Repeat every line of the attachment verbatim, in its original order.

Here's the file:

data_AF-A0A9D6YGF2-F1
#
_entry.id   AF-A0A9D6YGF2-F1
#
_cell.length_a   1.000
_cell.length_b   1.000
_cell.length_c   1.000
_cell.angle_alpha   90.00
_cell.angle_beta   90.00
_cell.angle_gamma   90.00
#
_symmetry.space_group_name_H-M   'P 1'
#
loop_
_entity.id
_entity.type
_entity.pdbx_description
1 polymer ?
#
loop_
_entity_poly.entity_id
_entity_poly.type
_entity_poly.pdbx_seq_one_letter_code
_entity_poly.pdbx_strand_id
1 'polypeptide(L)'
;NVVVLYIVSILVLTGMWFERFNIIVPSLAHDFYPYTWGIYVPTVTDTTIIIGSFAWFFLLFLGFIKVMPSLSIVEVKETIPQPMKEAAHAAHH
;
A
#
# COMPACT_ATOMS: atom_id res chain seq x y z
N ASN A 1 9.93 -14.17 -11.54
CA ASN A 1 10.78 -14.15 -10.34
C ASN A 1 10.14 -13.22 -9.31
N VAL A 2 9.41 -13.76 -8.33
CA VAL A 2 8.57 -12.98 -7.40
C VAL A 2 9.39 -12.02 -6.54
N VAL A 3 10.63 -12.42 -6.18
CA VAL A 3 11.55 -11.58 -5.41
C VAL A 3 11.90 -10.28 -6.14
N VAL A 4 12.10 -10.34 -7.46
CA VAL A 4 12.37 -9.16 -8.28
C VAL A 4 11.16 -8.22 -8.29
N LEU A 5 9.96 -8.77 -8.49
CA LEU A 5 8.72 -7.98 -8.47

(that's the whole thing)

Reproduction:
data_AF-A0A9D6YGF2-F1
#
_entry.id   AF-A0A9D6YGF2-F1
#
_cell.length_a   1.000
_cell.length_b   1.000
_cell.length_c   1.000
_cell.angle_alpha   90.00
_cell.angle_beta   90.00
_cell.angle_gamma   90.00
#
_symmetry.space_group_name_H-M   'P 1'
#
loop_
_entity.id
_entity.type
_entity.pdbx_description
1 polymer ?
#
loop_
_entity_poly.entity_id
_entity_poly.type
_entity_poly.pdbx_seq_one_letter_code
_entity_poly.pdbx_strand_id
1 'polypeptide(L)'
;NVVVLYIVSILVLTGMWFERFNIIVPSLAHDFYPYTWGIYVPTVTDTTIIIGSFAWFFLLFLGFIKVMPSLSIVEVKETIPQPMKEAAHAAHH
;
A
#
# COMPACT_ATOMS: atom_id res chain seq x y z
N ASN A 1 9.93 -14.17 -11.54
CA ASN A 1 10.78 -14.15 -10.34
C ASN A 1 10.14 -13.22 -9.31
N VAL A 2 9.41 -13.76 -8.33
CA VAL A 2 8.57 -12.98 -7.40
C VAL A 2 9.39 -12.02 -6.54
N VAL A 3 10.63 -12.42 -6.18
CA VAL A 3 11.55 -11.58 -5.41
C VAL A 3 11.90 -10.28 -6.14
N VAL A 4 12.10 -10.34 -7.46
CA VAL A 4 12.37 -9.16 -8.28
C VAL A 4 11.16 -8.22 -8.29
N LEU A 5 9.96 -8.77 -8.49
CA LEU A 5 8.72 -7.98 -8.47